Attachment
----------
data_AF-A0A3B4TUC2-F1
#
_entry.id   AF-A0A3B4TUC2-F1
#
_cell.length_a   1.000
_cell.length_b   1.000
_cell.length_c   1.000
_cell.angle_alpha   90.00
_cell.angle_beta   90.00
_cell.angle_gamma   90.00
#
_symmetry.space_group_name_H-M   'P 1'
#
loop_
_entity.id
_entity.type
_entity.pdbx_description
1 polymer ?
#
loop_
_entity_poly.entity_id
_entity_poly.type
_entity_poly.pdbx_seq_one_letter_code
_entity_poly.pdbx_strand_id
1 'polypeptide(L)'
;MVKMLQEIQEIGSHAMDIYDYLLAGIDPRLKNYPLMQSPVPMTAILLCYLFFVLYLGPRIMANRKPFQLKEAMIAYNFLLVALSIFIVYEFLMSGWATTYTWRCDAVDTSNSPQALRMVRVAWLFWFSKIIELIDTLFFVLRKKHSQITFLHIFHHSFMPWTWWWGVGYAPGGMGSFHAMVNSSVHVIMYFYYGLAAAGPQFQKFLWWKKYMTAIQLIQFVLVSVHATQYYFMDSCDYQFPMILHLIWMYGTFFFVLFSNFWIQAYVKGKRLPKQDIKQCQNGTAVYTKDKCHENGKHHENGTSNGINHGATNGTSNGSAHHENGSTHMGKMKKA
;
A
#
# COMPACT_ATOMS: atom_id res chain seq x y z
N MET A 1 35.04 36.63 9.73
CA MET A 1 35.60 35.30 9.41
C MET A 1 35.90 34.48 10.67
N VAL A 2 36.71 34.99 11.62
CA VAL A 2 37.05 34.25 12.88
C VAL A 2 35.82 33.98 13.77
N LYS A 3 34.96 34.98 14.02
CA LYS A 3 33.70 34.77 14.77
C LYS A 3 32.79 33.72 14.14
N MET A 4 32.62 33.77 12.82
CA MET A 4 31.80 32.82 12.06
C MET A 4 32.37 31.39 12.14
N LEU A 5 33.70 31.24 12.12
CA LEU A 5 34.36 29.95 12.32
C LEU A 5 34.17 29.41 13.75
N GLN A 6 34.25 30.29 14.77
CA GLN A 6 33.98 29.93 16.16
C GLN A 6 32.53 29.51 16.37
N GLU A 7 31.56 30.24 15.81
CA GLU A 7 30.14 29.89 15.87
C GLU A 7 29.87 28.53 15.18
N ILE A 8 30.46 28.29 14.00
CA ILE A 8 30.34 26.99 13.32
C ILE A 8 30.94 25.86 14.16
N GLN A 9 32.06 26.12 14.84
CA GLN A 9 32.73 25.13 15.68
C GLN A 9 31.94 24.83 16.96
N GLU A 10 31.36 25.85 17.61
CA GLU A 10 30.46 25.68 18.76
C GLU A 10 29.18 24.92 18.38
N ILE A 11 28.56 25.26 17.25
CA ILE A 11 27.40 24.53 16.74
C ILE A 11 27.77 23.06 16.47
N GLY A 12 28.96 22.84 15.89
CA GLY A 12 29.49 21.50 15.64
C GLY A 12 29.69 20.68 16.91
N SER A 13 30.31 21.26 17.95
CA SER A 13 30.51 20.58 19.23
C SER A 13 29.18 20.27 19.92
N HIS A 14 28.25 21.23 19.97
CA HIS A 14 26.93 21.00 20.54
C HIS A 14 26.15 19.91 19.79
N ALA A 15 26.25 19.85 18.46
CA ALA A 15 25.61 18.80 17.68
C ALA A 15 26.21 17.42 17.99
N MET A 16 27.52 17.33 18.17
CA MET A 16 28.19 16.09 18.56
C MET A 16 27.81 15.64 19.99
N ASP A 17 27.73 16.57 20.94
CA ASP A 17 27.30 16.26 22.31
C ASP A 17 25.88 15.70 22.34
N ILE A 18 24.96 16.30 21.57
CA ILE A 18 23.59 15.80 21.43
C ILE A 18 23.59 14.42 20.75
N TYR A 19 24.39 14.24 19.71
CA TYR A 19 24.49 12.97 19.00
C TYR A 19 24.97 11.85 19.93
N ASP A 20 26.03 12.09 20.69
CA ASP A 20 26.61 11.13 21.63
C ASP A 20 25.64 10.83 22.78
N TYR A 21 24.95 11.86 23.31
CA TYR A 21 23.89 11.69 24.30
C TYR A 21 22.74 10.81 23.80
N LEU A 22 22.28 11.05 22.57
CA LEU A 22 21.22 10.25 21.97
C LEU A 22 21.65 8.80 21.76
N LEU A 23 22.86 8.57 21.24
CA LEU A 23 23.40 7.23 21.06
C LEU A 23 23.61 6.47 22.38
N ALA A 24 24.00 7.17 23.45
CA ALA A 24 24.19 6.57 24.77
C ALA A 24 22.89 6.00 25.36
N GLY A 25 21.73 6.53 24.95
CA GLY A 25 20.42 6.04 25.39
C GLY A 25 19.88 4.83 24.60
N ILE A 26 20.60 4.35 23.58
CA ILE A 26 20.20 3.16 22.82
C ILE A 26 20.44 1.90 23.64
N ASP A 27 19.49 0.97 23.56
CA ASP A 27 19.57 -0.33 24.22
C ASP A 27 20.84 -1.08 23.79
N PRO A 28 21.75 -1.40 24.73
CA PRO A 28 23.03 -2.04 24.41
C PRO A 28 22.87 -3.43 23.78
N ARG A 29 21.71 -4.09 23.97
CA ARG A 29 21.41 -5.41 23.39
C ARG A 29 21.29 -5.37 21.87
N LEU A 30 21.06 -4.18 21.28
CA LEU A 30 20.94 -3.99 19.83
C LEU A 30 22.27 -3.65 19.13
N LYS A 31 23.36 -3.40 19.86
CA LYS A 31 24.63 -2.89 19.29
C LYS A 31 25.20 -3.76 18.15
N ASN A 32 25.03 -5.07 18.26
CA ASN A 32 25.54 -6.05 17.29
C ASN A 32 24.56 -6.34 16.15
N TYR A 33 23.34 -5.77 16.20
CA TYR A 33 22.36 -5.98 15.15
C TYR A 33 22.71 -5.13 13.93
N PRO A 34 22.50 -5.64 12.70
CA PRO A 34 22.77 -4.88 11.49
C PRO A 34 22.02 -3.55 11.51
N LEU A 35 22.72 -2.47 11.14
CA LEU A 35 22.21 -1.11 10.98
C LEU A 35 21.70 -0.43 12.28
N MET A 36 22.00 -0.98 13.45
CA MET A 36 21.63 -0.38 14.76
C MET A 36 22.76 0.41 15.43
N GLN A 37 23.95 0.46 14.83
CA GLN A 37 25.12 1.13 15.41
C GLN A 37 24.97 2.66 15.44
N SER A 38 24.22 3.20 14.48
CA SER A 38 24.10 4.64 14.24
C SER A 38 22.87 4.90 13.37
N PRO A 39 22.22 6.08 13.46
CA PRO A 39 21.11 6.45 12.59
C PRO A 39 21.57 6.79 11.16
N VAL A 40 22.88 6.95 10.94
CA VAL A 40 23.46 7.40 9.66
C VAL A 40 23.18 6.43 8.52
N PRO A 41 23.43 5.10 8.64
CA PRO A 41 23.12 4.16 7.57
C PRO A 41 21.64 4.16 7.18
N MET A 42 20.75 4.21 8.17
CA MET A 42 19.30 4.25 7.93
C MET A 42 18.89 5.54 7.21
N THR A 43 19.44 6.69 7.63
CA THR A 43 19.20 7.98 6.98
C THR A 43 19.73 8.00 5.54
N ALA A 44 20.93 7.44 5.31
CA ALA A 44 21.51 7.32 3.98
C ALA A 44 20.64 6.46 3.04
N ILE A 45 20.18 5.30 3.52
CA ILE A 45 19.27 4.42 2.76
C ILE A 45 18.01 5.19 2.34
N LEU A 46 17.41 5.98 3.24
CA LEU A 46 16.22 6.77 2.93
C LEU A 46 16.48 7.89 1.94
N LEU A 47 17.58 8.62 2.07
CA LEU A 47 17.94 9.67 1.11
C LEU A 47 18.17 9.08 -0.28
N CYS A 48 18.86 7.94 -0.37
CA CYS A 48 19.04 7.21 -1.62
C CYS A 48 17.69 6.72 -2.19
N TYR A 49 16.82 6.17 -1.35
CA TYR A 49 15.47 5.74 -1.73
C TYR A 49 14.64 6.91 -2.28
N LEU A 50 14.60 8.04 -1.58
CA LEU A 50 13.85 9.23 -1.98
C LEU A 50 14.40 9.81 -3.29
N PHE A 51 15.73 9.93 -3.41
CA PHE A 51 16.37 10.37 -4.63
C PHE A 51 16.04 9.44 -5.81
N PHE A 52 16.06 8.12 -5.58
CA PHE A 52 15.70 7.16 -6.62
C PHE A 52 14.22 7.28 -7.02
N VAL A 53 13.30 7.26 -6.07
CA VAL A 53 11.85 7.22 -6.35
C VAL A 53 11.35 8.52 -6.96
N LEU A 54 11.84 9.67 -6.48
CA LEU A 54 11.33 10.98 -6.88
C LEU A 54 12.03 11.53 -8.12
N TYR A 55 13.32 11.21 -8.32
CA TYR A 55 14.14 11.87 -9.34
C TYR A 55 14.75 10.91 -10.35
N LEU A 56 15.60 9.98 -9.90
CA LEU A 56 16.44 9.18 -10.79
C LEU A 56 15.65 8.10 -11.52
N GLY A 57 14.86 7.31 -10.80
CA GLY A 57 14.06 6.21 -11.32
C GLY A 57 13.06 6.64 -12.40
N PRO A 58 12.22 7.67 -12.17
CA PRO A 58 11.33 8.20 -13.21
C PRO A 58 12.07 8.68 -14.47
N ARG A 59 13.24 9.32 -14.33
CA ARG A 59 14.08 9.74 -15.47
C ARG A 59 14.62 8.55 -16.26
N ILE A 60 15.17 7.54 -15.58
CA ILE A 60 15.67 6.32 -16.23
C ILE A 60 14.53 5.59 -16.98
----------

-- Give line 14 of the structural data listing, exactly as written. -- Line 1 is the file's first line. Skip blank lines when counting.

loop_